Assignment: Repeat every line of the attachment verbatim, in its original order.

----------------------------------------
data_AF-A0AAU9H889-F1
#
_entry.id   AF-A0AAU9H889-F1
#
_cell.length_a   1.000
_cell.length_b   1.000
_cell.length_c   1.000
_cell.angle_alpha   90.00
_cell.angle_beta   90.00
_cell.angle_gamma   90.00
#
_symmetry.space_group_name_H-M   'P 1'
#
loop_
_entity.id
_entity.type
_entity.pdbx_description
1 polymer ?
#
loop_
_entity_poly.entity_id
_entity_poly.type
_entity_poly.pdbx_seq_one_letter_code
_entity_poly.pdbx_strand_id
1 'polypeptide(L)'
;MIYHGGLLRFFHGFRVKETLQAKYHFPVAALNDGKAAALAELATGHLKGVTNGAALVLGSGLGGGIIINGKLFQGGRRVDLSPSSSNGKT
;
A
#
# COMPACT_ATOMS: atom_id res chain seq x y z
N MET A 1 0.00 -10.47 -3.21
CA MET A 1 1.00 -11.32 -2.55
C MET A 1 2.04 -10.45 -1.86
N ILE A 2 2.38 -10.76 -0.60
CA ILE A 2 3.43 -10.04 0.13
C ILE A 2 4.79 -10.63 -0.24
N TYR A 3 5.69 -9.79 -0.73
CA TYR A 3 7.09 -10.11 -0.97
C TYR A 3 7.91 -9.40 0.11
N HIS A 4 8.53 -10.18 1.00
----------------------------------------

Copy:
data_AF-A0AAU9H889-F1
#
_entry.id   AF-A0AAU9H889-F1
#
_cell.length_a   1.000
_cell.length_b   1.000
_cell.length_c   1.000
_cell.angle_alpha   90.00
_cell.angle_beta   90.00
_cell.angle_gamma   90.00
#
_symmetry.space_group_name_H-M   'P 1'
#
loop_
_entity.id
_entity.type
_entity.pdbx_description
1 polymer ?
#
loop_
_entity_poly.entity_id
_entity_poly.type
_entity_poly.pdbx_seq_one_letter_code
_entity_poly.pdbx_strand_id
1 'polypeptide(L)'
;MIYHGGLLRFFHGFRVKETLQAKYHFPVAALNDGKAAALAELATGHLKGVTNGAALVLGSGLGGGIIINGKLFQGGRRVDLSPSSSNGKT
;
A
#
# COMPACT_ATOMS: atom_id res chain seq x y z
N MET A 1 0.00 -10.47 -3.21
CA MET A 1 1.00 -11.32 -2.55
C MET A 1 2.04 -10.45 -1.86
N ILE A 2 2.38 -10.76 -0.60
CA ILE A 2 3.43 -10.04 0.13
C ILE A 2 4.79 -10.63 -0.24
N TYR A 3 5.69 -9.79 -0.73
CA TYR A 3 7.09 -10.11 -0.97
C TYR A 3 7.91 -9.40 0.11
N HIS A 4 8.53 -10.18 1.00